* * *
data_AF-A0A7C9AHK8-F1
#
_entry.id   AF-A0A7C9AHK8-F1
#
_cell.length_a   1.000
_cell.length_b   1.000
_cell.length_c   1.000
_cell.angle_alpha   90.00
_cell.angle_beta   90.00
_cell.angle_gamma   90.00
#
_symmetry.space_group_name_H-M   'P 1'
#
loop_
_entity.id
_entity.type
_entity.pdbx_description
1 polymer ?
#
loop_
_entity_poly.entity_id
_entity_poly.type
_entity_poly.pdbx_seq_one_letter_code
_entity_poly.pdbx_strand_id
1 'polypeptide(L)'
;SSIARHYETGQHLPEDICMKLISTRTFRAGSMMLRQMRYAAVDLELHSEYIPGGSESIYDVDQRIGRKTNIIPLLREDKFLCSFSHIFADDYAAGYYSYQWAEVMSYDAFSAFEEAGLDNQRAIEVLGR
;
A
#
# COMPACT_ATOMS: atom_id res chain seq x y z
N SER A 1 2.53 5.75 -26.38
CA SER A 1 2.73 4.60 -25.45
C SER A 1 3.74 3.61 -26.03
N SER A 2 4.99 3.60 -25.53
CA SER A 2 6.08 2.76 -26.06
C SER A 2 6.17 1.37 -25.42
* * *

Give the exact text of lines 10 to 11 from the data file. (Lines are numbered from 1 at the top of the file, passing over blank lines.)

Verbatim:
_cell.angle_gamma   90.00
#